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E-bike industry, including Uber, requests exemption from tariffs

Published December 21, 2018

WASHINGTON (BRAIN) — PeopleForBikes and the Bicycle Product Suppliers Association have submitted requests on the industry's behalf for exemption from the 25 percent tariff on Chinese-made e-bikes that took effect last summer. The deadline was Thursday for submitting the requests to the U.S. Trade Representative.

The Trump administration has granted thousands of exemptions to its tariffs on aluminum and steel that took effect in March, but has yet to grant any for the later rounds of tariffs. The steel and aluminum exemption process is being run by the Dept. of Commerce, not the USTR. The USTR has not announced an exemption application process for the newest tariffs, which put an additional 10 percent duty on Chinese bikes and parts, increasing to 25 percent next year. 

The trade groups' 15-page exclusion application for e-bikes summed up its request in four points:

  1. It would be easy for Customs officials to differentiate e-bikes from the electric motorcycles that are included under the same HTSUS code as e-bikes
  2. Shifting e-bike production out of China to other countries would not satisfy demand for the bikes in the U.S.
  3. The additional duties are causing "severe economic harm" to members of PeopleForBikes and BPSA as well as U.S. retailers and consumers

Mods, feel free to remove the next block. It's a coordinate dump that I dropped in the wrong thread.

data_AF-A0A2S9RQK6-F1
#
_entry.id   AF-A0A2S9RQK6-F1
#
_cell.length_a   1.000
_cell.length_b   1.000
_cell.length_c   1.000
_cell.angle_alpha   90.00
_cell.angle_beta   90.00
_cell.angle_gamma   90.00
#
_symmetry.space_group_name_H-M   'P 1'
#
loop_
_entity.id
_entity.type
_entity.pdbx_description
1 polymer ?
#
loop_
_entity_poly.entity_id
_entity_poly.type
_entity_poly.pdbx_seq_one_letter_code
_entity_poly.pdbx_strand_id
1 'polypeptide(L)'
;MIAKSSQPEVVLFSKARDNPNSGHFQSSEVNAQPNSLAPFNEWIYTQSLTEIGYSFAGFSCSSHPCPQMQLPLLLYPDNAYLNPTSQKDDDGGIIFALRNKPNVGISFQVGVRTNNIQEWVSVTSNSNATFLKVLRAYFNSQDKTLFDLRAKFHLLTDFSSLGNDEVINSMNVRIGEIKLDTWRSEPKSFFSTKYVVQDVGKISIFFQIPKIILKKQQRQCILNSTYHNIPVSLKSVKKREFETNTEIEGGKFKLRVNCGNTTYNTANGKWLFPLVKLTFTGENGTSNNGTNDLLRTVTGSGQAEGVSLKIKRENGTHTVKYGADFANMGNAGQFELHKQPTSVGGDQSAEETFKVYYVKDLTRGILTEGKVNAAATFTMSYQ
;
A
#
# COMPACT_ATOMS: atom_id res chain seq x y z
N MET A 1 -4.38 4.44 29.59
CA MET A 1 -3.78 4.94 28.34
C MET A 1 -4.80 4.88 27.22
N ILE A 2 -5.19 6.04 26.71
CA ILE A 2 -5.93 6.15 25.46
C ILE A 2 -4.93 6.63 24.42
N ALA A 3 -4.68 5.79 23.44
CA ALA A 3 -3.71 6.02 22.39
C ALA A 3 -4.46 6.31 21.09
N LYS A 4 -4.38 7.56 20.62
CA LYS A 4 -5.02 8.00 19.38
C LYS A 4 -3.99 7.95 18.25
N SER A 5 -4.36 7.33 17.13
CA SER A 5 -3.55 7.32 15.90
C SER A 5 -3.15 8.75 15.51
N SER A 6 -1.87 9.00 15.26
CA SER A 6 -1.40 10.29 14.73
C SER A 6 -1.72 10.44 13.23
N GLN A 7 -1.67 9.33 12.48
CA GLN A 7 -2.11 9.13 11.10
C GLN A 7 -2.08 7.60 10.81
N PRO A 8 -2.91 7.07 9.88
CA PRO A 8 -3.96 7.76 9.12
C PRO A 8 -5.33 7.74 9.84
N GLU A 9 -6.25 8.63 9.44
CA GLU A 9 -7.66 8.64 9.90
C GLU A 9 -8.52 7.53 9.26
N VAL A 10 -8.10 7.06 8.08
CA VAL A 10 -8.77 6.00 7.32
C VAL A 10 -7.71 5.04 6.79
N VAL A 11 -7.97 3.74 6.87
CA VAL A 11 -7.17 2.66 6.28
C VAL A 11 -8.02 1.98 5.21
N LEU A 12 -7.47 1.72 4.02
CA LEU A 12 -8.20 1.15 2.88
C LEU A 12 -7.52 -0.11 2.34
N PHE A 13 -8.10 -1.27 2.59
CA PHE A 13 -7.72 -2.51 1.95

4. E-bikes are not strategically important or part of China's stated strategic goals for its domestic manufacturing.

The application went on to point out that between 2016 and 2018 there has been a steady decline in the number of bikes sold in nearly every market segment except e-bikes.

Besides the request submitted by the trade groups, at least three e-bike importers submitted their own requests. Uber Technologies, which imports thousands of e-bikes for its Jump share bike program, was joined by Magnum Bikes Inc., a Salt Lake City e-bike importer, and Allco Manufacturing, an importer.

Uber's request did not publicly reveal how many bikes it imports. The company did say that the duty "is causing disproportionate and severe economic harm to U.S. interests, while failing to address China's acts, policies and practices that are the intended target of the Administration's Section 301 action. The additional duty is also causing outsize damage to American innovation and competitiveness in the fast-developing and strategically important field of digital transportation platforms."

Like the PeopleForBikes/BPSA request, Uber pointed out that e-bikes are significantly different from the electric motorcycles that are included under the same HTSUS product code.

Uber also submitted a letter from four U.S. Representatives to the U.S.T.R. in support of an exemption for e-bikes. In addition to e-bikea, the Sept. 13 letter asked the USTR to refrain from imposing additional tariffs on Chinese bikes, bike parts and safety gear. The administration announced on Sept. 17 that the additional tariffs on bikes and parts would be imposed, but the safety gear (helmets and lights) was exempted as the representatives requested. The letter was signed by U.S. Reps. Earl Blumenauer, D-Ore., Mike Thompson, D-Calif., Ron Kind, D-Wis., and Dave Reichert, R-Wash.


Topics associated with this article: Tariffs

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